The search for Jacob Sanders has stretched on nearly two weeks after the bassist for the band Velcro Pygmies disappeared along with his brother during a fishing trip in Alabama, and search crews say rough water and weather conditions have impacted their efforts.
Jacob Sanders was on a fishing trip on the Tennessee River along with his brother, Jeremiah Sanders, when their boat apparently struck some kind of obstruction and capsized. Search crews believe that have pinpointed where the bodies of the two men were located in the river, but difficult water and weather has held them back.
This week, search crews had to cut short their efforts, but authorities said they planned to continue on.
“Hopefully, the weather will be stable and we won’t have lightning in the area,” George Grabryan, director of the Lauderdale County Emergency Management Agency, told the Times Daily.
“The river had a whole lot of chop to it, especially those areas that are real wide,” Grabryan added.
Colbert County Emergency Management Agency Director Mike Melton said the efforts on Thursday were hampered by wind gusts that reached up to 25 miles per hour.
“It was a little added hazard,” he said. “It is March, and it’s supposed to be windy.”
Melton added that the search for Jacob Sanders has been stop and go, with crews having to stop efforts when the conditions become too dangerous.
“Mother Nature’s going to be in charge for just a little while, as far as affecting the small boats,” Melton said. “The larger boats, if it’s not really bad, they can get out and check a few things. We’re going to do our best to try and take care of our people, but get them out there as soon as we can whenever we can.”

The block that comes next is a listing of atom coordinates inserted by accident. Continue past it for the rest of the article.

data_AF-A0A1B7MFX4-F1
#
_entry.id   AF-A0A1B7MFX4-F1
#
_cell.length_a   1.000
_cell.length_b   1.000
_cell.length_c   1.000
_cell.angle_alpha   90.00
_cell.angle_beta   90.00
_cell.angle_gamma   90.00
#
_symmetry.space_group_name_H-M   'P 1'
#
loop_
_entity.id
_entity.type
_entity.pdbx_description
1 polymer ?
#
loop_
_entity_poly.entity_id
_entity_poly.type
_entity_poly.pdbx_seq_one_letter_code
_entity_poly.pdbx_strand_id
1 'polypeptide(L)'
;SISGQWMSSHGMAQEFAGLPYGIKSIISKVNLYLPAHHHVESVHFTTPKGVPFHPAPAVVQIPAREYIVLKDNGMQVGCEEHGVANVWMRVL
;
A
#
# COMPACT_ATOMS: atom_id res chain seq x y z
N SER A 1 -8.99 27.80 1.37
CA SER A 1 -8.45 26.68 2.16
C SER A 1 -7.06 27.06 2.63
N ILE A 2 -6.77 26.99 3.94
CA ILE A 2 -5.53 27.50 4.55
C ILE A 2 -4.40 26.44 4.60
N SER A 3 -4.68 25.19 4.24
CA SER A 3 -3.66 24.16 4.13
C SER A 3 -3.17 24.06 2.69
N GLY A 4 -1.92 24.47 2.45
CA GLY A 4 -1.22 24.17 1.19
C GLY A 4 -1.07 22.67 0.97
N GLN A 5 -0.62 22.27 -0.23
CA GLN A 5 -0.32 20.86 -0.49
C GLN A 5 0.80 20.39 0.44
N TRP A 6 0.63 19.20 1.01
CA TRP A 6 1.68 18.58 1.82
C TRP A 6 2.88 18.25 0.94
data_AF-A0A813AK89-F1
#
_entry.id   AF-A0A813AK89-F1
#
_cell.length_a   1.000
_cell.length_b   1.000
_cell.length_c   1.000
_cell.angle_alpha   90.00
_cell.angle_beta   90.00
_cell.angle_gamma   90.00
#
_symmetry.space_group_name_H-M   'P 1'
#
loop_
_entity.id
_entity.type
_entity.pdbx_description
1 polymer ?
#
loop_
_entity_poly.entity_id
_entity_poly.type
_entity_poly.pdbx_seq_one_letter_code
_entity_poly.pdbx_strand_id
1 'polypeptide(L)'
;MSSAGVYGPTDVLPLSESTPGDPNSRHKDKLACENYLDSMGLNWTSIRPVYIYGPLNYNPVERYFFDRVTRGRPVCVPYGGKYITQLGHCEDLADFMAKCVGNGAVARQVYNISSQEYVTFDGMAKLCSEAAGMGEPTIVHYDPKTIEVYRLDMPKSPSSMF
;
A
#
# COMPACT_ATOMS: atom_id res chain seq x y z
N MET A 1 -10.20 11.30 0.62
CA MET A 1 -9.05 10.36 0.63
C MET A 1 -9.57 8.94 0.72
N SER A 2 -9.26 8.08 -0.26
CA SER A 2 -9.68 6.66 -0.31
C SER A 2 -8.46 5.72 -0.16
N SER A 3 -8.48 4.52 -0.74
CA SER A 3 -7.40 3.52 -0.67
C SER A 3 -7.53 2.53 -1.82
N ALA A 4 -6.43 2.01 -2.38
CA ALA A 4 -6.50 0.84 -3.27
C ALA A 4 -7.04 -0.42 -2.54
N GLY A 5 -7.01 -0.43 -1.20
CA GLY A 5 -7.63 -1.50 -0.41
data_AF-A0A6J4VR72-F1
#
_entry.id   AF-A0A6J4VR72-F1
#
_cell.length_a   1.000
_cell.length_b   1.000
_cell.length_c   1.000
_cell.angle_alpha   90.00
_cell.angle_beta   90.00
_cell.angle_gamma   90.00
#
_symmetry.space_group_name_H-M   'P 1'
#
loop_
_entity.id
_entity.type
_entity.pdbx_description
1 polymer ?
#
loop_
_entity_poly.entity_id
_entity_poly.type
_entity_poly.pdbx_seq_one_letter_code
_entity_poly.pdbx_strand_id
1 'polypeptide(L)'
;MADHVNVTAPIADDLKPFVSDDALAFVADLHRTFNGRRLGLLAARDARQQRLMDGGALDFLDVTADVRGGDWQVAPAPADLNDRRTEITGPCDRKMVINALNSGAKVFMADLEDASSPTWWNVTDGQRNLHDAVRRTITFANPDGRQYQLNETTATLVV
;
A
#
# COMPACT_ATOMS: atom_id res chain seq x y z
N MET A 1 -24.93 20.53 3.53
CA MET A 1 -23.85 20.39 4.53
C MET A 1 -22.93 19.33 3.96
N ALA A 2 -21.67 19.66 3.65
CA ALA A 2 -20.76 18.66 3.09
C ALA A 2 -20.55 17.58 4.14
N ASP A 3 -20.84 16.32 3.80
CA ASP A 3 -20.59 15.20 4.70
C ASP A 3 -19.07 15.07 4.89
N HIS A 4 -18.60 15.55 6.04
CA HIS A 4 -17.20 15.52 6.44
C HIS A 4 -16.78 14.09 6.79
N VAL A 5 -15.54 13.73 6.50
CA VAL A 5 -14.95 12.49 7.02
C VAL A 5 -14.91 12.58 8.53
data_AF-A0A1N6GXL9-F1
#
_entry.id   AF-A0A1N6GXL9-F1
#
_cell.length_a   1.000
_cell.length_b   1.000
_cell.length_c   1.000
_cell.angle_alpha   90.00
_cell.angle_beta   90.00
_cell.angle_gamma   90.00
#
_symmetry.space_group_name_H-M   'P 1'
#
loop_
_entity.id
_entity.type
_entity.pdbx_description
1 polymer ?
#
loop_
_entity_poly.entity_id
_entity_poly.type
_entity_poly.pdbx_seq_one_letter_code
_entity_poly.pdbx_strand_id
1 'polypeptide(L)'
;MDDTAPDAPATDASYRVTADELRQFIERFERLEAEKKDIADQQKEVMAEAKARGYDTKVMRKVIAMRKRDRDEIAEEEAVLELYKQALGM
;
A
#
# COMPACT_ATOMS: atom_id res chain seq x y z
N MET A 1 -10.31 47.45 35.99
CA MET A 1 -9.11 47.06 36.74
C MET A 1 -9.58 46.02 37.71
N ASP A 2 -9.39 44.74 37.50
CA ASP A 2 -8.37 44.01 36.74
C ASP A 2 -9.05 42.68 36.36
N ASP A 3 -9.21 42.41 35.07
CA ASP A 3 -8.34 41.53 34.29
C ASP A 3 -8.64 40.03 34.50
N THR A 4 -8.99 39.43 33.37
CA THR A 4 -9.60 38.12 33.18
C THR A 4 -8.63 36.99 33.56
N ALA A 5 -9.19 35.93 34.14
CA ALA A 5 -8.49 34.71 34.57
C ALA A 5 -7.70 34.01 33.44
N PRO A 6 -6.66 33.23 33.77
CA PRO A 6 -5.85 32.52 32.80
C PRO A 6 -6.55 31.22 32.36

While the search for Jacob Sanders continues, members of the Velcro Pygmies band and their fans have been organizing both search efforts and fundraising for the Sanders family. After a hiatus that started when Sanders went missing, the band returned to the stage this week with a series of benefit concerts.
“We will be with the Sanders family with heart and soul. But Jacob would be itching to get to the show and to concentrate on music and the crowd for a little while,” the band posted on its official Facebook page. “This show and every show we will ever play will have Jacob be a part of it.
“He’s influenced us on and off the stage.”
The Velcro Pygmies have also been one of the most active sources for updates, with members joining the search and offering fans regular news of efforts to locate the bodies of the missing brothers. It was the band who first shared on Facebook that divers were combing the river, facing difficult conditions.
“At about 8:30 this morning TVA shut off the dam giving us what we thought would be perfect recovery conditions. The divers went in and soon were faced with the unexpected challenge of the water level being too low. They found themselves in waist deep water which contrary to conventional wisdom made it nearly impossible to search. Our 3 hour time limit came rapidly and TVA was forced to turn on the turbines again. This increased the water level but also created an unsafe current in which to dive.”
The band and their fans have also come together for a memorial fund remembering Jeremiah and Jacob Sanders, one that to date has raised roughly $8,300 of the $10,000 goal.
But authorities said that the search for Jacob Sanders may not stretch on forever. Senior Trooper Jonathan Appling with the Alabama Law Enforcement Agency said this week that they will continue looking for the bodies of the two brothers and using resources as long as it is “feasible.”
[Image via Facebook]